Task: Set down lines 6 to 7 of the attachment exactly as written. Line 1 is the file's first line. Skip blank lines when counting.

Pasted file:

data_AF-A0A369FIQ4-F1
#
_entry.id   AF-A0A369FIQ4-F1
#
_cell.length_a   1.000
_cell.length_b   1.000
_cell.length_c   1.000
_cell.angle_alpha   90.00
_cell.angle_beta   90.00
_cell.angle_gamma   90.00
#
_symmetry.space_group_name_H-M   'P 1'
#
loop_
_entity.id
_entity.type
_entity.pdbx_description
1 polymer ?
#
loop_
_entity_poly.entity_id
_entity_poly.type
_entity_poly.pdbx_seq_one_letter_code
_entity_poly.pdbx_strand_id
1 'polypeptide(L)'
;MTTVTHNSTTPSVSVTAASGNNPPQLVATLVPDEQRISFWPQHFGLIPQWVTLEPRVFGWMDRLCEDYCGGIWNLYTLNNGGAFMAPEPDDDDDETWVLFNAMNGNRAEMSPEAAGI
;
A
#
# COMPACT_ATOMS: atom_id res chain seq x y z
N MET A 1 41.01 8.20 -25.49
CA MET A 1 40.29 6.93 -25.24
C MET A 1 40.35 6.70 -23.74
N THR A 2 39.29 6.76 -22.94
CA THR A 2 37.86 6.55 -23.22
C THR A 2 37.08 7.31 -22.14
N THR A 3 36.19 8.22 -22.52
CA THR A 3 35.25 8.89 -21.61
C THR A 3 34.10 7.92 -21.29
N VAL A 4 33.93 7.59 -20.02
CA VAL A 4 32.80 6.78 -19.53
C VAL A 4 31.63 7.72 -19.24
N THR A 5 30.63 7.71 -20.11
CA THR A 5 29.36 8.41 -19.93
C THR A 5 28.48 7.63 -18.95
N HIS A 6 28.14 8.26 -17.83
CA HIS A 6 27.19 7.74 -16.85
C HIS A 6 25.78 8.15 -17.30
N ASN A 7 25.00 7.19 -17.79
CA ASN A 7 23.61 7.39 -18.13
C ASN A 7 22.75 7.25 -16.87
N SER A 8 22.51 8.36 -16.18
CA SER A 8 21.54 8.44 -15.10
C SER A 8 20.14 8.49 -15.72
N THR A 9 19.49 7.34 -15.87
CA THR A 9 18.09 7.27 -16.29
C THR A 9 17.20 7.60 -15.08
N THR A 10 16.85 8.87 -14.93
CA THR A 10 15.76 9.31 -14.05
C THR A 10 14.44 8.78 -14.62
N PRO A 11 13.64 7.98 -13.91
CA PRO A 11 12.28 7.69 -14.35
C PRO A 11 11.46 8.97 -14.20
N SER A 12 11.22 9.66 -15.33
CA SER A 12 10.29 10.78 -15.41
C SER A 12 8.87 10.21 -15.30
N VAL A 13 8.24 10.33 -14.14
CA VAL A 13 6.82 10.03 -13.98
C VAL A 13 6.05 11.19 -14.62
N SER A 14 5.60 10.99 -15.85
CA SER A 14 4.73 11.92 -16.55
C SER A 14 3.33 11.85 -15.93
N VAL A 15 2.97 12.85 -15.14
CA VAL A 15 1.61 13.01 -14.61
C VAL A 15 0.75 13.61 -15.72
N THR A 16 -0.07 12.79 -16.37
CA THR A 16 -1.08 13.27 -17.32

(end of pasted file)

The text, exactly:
_cell.length_b   1.000
_cell.length_c   1.000